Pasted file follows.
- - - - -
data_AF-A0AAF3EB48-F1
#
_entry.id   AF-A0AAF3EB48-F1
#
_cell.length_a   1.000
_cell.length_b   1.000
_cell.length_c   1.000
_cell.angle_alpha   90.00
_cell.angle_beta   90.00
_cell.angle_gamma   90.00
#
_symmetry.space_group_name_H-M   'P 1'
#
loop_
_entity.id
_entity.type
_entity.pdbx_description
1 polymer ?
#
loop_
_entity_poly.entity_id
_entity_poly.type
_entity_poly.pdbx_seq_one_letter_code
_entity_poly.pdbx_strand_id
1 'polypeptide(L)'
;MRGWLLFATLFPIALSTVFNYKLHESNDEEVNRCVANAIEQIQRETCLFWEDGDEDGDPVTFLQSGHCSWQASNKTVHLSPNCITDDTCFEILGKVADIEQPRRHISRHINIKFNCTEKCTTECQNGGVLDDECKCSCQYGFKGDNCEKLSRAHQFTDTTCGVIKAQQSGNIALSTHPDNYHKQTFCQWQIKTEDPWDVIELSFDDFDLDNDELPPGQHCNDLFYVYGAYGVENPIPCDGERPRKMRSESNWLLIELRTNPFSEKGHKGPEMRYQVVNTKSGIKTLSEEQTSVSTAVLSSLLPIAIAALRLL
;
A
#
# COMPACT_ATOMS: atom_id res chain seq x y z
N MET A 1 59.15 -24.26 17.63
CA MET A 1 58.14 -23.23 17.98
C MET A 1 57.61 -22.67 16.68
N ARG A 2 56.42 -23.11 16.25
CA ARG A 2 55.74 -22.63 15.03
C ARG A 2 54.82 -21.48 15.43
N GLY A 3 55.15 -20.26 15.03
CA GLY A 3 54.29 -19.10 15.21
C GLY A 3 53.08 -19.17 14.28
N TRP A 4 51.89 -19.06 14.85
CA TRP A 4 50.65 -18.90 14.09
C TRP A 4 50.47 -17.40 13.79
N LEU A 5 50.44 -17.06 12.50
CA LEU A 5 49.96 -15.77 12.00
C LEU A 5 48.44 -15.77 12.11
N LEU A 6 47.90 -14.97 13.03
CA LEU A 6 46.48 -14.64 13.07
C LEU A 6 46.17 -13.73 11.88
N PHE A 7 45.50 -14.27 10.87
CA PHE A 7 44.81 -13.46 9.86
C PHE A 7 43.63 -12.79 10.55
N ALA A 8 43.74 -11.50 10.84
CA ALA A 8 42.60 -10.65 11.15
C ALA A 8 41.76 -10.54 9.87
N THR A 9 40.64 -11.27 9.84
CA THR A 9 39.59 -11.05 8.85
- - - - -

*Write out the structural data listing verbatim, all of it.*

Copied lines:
data_AF-A0AAF3EB48-F1
#
_entry.id   AF-A0AAF3EB48-F1
#
_cell.length_a   1.000
_cell.length_b   1.000
_cell.length_c   1.000
_cell.angle_alpha   90.00
_cell.angle_beta   90.00
_cell.angle_gamma   90.00
#
_symmetry.space_group_name_H-M   'P 1'
#
loop_
_entity.id
_entity.type
_entity.pdbx_description
1 polymer ?
#
loop_
_entity_poly.entity_id
_entity_poly.type
_entity_poly.pdbx_seq_one_letter_code
_entity_poly.pdbx_strand_id
1 'polypeptide(L)'
;MRGWLLFATLFPIALSTVFNYKLHESNDEEVNRCVANAIEQIQRETCLFWEDGDEDGDPVTFLQSGHCSWQASNKTVHLSPNCITDDTCFEILGKVADIEQPRRHISRHINIKFNCTEKCTTECQNGGVLDDECKCSCQYGFKGDNCEKLSRAHQFTDTTCGVIKAQQSGNIALSTHPDNYHKQTFCQWQIKTEDPWDVIELSFDDFDLDNDELPPGQHCNDLFYVYGAYGVENPIPCDGERPRKMRSESNWLLIELRTNPFSEKGHKGPEMRYQVVNTKSGIKTLSEEQTSVSTAVLSSLLPIAIAALRLL
;
A
#
# COMPACT_ATOMS: atom_id res chain seq x y z
N MET A 1 59.15 -24.26 17.63
CA MET A 1 58.14 -23.23 17.98
C MET A 1 57.61 -22.67 16.68
N ARG A 2 56.42 -23.11 16.25
CA ARG A 2 55.74 -22.63 15.03
C ARG A 2 54.82 -21.48 15.43
N GLY A 3 55.15 -20.26 15.03
CA GLY A 3 54.29 -19.10 15.21
C GLY A 3 53.08 -19.17 14.28
N TRP A 4 51.89 -19.06 14.85
CA TRP A 4 50.65 -18.90 14.09
C TRP A 4 50.47 -17.40 13.79
N LEU A 5 50.44 -17.06 12.50
CA LEU A 5 49.96 -15.77 12.00
C LEU A 5 48.44 -15.77 12.11
N LEU A 6 47.90 -14.97 13.03
CA LEU A 6 46.48 -14.64 13.07
C LEU A 6 46.17 -13.73 11.88
N PHE A 7 45.50 -14.27 10.87
CA PHE A 7 44.81 -13.46 9.86
C PHE A 7 43.63 -12.79 10.55
N ALA A 8 43.74 -11.50 10.84
CA ALA A 8 42.60 -10.65 11.15
C ALA A 8 41.76 -10.54 9.87
N THR A 9 40.64 -11.27 9.84
CA THR A 9 39.59 -11.05 8.85